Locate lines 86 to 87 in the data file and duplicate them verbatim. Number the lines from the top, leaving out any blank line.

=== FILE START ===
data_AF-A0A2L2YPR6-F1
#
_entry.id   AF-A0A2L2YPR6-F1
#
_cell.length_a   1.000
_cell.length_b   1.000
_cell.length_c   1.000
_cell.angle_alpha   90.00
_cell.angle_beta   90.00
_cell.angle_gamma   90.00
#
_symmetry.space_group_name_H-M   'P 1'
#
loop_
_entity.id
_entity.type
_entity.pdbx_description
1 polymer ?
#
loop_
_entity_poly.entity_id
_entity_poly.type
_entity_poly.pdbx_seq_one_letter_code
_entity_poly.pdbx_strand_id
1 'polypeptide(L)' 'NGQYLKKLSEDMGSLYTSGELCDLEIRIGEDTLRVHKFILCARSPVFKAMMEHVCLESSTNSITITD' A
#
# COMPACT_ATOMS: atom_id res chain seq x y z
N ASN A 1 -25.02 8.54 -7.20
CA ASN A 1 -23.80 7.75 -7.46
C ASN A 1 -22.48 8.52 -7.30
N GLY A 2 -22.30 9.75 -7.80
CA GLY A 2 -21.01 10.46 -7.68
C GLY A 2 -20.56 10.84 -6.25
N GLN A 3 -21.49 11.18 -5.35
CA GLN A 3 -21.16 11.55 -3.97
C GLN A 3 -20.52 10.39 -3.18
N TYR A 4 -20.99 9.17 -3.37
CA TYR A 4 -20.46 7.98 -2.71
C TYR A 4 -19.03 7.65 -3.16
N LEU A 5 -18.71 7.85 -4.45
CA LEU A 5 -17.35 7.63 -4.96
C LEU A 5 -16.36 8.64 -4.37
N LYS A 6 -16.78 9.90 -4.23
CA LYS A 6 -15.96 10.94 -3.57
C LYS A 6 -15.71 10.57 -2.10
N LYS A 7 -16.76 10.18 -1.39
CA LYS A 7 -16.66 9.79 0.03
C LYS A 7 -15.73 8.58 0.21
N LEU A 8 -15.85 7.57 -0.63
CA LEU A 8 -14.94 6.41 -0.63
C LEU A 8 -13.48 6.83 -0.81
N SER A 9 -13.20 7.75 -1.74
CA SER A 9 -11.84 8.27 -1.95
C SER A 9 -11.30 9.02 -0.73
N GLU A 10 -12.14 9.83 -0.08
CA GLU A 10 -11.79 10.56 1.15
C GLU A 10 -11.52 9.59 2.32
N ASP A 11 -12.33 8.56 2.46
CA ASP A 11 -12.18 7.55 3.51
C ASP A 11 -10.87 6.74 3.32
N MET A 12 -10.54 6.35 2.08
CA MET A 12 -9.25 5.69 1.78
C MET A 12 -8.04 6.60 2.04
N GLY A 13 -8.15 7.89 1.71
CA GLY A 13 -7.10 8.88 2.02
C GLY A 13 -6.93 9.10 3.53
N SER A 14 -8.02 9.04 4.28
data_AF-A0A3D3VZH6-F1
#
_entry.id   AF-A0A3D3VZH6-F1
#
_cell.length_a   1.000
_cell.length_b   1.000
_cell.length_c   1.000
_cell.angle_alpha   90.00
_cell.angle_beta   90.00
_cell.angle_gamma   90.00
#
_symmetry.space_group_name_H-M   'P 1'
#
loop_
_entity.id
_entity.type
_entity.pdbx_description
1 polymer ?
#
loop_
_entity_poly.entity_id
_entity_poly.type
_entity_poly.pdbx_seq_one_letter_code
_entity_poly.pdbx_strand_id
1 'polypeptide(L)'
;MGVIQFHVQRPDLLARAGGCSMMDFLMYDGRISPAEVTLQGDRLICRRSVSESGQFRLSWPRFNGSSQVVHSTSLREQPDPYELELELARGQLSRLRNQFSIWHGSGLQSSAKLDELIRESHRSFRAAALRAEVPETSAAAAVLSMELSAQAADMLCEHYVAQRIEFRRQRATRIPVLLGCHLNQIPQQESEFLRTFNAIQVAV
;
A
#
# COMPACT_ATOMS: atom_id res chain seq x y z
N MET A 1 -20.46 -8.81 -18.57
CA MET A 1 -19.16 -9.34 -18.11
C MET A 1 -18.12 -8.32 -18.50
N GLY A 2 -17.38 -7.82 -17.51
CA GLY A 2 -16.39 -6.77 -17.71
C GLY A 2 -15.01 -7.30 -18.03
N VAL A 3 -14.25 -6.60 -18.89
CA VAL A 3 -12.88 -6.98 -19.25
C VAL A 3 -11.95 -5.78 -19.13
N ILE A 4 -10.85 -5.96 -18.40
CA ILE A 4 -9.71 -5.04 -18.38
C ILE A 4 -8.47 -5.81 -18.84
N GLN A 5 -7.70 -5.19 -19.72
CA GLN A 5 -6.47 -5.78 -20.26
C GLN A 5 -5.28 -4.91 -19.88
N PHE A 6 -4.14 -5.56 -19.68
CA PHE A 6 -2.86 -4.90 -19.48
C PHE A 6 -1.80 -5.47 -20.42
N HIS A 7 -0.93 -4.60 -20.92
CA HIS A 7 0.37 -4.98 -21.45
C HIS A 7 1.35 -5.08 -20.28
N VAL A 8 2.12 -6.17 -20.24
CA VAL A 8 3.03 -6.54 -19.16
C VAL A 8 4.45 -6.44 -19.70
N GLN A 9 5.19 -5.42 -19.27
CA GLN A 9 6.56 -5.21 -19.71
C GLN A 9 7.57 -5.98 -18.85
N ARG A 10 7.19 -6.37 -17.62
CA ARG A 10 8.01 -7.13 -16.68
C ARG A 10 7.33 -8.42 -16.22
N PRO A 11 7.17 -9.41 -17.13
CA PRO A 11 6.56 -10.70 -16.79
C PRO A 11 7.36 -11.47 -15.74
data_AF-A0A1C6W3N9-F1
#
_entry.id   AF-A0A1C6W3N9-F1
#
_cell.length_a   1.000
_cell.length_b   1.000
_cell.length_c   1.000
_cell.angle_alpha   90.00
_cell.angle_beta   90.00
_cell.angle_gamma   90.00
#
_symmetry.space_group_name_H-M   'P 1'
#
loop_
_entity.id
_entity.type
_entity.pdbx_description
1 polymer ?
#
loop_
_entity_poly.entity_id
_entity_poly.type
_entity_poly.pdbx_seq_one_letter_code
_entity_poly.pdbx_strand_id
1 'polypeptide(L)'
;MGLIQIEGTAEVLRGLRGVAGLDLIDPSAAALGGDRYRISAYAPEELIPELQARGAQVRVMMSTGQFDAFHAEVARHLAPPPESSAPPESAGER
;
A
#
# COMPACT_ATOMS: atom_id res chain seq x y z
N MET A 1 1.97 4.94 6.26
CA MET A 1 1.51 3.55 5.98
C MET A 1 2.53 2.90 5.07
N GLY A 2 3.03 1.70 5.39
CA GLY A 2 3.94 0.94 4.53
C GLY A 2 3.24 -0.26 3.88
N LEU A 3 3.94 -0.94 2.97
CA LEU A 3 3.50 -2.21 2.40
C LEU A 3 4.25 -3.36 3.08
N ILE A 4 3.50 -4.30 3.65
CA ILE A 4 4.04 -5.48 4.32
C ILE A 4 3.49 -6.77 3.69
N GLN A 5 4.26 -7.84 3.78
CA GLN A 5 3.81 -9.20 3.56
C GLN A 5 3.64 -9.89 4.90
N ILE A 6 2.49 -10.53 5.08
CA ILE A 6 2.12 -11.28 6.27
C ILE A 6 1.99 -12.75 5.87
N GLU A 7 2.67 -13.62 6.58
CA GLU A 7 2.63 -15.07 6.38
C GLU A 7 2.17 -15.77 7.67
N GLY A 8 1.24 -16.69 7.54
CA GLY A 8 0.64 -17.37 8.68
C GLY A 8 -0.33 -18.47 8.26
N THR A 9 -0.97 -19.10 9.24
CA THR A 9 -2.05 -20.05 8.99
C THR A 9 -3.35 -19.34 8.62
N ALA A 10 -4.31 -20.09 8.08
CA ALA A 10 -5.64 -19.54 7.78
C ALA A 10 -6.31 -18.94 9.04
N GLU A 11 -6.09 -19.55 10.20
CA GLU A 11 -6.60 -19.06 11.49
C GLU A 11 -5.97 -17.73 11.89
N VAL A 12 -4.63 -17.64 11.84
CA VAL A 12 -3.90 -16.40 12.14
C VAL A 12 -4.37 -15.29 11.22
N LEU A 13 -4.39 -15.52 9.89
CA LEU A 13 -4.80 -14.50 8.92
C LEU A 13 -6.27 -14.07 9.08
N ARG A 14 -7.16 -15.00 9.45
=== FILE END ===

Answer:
#
loop_